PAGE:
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Safety looks to break from pack


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POSTED: Wednesday, April 15, 2009

Kenny Estes didn't spend much time as a spectator growing up.

Through his senior year at Waimea High, Estes had little down time while competing in football, soccer and track.

               

     

 

KENNY ESTES

        » Height: 6-0
       

» Weight: 200

       

» Class: Sophomore

       

» Hometown: Waimea, Kauai

       

» Position: Safety

       

» Quotable: “;I've been trimming down and felt like I got faster, quicker, more agility. I knew I was lacking speed last year. This year I watched my weight, watched what I eat.”;

       

 

       

Moving up to college meant trimming his schedule and waiting his turn. Now he's putting the time he spent observing into practice while competing for playing time in the Hawaii secondary.

“;Just over the years I watched what the older guys did and just built off that,”; Estes said.

With those veterans leaving the program last season, Estes—no relation to senior center John Estes—is eyeing a prominent role at safety come the fall.

He's making a case in the spring by making a few big plays in practice, including an interception followed by a nice return in last Saturday's scrimmage.

Estes has been working primarily with the second unit this spring, rotating in with the first unit at times in recent practices.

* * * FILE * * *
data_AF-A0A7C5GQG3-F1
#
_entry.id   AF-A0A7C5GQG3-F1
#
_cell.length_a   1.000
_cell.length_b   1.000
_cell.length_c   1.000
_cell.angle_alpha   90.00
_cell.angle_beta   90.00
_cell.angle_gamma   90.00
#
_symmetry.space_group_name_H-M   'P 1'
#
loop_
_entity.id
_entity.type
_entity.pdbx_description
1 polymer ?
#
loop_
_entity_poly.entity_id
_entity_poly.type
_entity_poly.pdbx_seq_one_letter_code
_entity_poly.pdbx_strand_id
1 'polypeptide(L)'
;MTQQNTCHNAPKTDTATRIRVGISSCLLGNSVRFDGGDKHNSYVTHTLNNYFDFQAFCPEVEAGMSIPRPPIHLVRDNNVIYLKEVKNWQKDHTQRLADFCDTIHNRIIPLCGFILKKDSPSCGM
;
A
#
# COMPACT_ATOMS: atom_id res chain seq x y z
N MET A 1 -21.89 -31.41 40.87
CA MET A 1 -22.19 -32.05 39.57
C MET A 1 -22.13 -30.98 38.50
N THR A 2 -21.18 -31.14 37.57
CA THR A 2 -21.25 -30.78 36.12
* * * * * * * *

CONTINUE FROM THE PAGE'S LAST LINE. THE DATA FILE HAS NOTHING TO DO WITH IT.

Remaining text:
“;He's got to continue to develop, but he's come a long way,”; UH associate coach Rich Miano said.

“;You see the work ethic he has in the weight room and his preparation, he wants to start this year. He has that attitude and it's the right attitude.”;

Estes arrived at UH in 2006 following a standout career as a multi-sport athlete at Waimea. He was the Kauai Interscholastic Federation offensive player of the year in 2005, and also made the first team as a defensive back, kicker and punter. His 50-yard field goal was a KIF record at the time.

When football season finished at Waimea, Estes would transition into soccer in the winter, then straight to track and field in the spring, running the 100 and 200 meters and the 4x100 relay.

“;They were pretty much even all throughout high school,”; Estes said.

Football became Estes' focus after graduation, but he picked up some weight when he started living on the Manoa campus, which cost him some of the speed he displayed in high school.

Coming into the spring, he made an effort to drop the extra pounds to pick up a step on the field.

“;I've been trimming down and felt like I got faster, quicker, more agility,”; said Estes, who also dealt with an injury that limited his action last fall. “;I knew I was lacking speed last year. This year I watched my weight, watched what I eat.”;

The effects of his new look have been evident to the coaches.

“;You see his speed, you see him accelerate to the ball, you see his pursuit, that guy is a different guy,”; Miano said.

While soccer is no longer part of his schedule, Estes hasn't completely kicked his bug for kicking. He was booting field goals after a practice last week and was practicing kickoffs with Brett Symonds on Monday.

“;I love kicking,”; he said.

 

Name game

As his moniker indicates, Melvin “;Tank”; Hopkins doesn't shy away from collisions.

“;When I was little my mom gave it to me,”; Hopkins said. “;I used to run into stuff and knock stuff over.”;

Listed at 5-foot-9, 165 pounds, Hopkins' nickname might seem an odd fit. But that tendency serves him well while playing cornerback for the Warriors.

Hopkins, a transfer from Navarro (Texas) College, enrolled at UH this semester and has been working with the first unit at left cornerback since Chris Black injured his ankle in the first week of spring practice.

“;Usually (JC transfers) just line up and play man coverages,”; Miano said. “;We ask a lot more technique and coverages and Tank has really caught on well.”;